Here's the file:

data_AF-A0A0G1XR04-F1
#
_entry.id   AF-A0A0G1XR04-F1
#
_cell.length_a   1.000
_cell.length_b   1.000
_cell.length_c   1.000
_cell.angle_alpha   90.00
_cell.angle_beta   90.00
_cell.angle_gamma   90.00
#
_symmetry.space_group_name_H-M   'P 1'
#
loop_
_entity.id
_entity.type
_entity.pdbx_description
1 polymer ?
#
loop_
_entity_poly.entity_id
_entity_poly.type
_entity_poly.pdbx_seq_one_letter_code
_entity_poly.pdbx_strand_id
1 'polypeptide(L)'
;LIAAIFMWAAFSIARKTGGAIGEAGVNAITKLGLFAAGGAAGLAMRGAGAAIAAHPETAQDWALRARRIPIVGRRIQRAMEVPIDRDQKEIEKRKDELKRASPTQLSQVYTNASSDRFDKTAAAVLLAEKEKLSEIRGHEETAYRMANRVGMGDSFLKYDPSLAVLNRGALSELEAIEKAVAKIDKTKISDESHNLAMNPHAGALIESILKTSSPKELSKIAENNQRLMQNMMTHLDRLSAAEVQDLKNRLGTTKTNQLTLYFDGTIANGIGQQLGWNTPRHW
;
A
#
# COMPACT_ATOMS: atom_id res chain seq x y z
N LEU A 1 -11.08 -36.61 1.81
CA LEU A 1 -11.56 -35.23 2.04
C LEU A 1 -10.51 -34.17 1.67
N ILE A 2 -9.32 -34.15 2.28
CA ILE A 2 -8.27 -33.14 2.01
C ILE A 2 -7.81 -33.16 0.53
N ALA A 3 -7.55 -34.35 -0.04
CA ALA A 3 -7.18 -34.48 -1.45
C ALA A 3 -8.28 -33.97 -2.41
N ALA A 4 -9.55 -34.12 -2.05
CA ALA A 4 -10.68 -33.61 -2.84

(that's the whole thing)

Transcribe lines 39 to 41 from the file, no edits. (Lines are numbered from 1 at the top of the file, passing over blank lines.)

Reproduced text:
C ALA A 3 -8.28 -33.97 -2.41
N ALA A 4 -9.55 -34.12 -2.05
CA ALA A 4 -10.68 -33.61 -2.84